• On growth outlook, in the Q4 statement, the PBOC dropped its judgement that “the overall economy continues to recover” from Q3, and echoed the CEWC stance to emphasize the “three types of downward pressure” the economy is facing: i.e., contracting demand, supply-side shocks and weakening market expectations. Besides, PBOC continue to believe the external environment has become more complex and uncertain.
  • On policy stance, the PBOC reiterated the need to “keep liquidity conditions reasonably adequate, increase the stability of credit growth, keep M2 and aggregate financing growth largely in line with nominal GDP growth, maintain a broadly stable macro leverage and lower the financing costs for the corporate sector”, the same wordings as the Q3 meeting. PBOC further added its intention “to strengthen cross-cycle policy adjustments, combined with counter-cyclical adjustments” and required monetary policy to be more pro-active (a new phrase in the statement), forward-looking, precise, and independent, in an effort to better support the real economy. PBOC also stated it would proactively increase the use of structural monetary policy tools, and guide financial institutions to better support SMEs, high-tech sectors and green industries.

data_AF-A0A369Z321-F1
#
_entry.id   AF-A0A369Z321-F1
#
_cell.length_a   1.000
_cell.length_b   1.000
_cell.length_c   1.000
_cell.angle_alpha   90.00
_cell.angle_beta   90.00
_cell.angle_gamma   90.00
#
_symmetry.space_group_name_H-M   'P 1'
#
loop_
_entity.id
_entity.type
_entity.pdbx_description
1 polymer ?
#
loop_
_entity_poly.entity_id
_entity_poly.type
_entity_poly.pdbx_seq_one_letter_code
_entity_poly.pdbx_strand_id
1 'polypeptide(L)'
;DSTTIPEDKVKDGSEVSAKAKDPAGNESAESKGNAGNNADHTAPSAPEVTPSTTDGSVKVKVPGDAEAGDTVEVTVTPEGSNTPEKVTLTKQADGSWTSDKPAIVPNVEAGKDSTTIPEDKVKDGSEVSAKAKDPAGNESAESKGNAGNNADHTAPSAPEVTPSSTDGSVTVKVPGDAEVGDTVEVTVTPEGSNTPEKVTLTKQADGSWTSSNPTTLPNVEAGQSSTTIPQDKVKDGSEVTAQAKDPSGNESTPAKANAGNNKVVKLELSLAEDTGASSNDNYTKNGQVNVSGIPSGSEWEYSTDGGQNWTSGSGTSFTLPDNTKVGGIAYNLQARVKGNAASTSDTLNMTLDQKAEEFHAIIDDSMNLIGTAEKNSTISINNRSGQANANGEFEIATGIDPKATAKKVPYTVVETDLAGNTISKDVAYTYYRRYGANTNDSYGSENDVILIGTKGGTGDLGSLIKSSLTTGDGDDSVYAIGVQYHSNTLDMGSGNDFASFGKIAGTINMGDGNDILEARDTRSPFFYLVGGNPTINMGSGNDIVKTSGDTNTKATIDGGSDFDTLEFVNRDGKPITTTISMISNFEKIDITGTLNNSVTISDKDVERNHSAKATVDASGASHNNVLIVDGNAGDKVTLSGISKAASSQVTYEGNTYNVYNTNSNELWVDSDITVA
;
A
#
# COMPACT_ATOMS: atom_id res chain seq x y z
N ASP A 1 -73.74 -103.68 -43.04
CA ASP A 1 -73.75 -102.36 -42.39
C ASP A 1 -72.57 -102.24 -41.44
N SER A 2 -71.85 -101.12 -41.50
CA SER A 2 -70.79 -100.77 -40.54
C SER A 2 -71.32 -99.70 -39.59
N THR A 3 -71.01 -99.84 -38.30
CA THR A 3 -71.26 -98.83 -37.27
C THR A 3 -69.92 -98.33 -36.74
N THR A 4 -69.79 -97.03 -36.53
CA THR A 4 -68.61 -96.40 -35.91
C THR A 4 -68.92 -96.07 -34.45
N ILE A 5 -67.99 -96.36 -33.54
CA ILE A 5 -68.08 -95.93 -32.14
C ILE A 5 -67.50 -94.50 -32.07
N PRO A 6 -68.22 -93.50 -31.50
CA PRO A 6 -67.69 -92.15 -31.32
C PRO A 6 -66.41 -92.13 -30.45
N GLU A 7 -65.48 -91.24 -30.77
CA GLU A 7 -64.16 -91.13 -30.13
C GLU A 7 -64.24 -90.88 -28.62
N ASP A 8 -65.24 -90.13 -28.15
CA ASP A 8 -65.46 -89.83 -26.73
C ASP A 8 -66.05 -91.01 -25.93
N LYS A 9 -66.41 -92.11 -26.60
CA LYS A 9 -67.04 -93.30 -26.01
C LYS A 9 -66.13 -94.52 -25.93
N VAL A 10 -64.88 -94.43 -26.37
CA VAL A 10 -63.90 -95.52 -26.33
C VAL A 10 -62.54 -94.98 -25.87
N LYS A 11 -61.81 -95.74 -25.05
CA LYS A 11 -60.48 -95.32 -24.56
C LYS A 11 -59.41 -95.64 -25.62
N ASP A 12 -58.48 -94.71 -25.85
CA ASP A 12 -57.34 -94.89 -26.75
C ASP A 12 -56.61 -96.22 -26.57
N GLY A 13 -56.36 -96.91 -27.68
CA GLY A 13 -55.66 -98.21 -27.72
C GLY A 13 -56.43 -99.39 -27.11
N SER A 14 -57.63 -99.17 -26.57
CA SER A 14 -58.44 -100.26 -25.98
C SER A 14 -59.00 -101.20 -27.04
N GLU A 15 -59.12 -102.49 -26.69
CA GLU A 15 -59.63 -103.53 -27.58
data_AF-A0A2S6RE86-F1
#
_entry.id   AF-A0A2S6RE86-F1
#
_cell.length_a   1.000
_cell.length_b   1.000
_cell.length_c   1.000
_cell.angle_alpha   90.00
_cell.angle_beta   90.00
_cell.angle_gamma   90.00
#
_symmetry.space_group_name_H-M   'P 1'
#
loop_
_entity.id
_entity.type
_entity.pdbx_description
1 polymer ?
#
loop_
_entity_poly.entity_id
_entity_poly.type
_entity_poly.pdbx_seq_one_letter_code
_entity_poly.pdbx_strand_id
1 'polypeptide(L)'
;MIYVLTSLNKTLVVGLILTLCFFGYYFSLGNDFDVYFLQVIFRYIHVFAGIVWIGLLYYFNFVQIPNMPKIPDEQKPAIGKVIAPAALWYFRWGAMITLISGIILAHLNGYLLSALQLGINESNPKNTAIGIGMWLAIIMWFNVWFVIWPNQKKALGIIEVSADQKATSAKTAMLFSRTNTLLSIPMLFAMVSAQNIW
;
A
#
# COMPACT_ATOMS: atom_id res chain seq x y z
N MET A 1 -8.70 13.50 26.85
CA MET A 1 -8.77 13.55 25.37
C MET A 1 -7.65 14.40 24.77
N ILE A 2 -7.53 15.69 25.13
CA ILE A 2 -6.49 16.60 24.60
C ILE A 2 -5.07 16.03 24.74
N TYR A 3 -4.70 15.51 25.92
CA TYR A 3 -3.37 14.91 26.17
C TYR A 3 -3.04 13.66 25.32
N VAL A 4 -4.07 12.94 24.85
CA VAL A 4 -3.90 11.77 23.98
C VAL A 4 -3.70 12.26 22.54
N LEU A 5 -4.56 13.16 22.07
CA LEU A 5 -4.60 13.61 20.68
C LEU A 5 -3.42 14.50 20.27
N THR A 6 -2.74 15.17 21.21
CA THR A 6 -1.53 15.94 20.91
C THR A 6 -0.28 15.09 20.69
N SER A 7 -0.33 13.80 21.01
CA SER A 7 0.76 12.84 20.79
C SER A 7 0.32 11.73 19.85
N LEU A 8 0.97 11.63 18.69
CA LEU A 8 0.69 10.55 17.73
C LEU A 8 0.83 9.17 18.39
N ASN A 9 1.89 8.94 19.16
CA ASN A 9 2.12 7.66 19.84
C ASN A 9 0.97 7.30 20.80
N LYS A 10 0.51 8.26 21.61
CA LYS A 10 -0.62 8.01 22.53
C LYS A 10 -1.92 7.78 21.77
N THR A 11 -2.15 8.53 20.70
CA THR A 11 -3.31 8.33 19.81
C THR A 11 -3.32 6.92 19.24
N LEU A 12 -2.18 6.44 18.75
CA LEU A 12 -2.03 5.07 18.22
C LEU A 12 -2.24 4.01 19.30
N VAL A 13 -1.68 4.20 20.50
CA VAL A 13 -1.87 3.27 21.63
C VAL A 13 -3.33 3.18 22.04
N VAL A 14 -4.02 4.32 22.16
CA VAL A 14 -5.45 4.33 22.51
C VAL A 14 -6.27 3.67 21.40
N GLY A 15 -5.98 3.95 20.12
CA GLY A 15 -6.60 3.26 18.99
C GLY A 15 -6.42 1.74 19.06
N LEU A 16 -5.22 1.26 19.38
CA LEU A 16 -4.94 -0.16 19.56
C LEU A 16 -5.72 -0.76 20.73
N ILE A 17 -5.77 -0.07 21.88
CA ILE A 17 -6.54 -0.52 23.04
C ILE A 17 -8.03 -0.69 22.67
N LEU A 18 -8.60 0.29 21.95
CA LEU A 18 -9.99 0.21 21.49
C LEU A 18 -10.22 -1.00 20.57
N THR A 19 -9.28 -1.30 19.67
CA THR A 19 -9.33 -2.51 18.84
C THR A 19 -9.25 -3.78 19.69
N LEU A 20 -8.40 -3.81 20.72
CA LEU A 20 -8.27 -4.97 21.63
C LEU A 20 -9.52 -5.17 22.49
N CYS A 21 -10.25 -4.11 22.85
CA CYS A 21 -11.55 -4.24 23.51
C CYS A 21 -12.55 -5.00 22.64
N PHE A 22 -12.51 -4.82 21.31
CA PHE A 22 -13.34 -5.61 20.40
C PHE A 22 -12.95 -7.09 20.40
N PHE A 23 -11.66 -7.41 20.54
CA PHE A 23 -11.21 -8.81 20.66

• On the RMB, the PBOC’s tone remained unchanged from its Q3 statement, as it continued to require increasing flexibility of the RMB exchange rate, striking a good balance between internal and external equilibrium, and keeping the RMB exchange rate basically stable at a reasonable equilibrium level.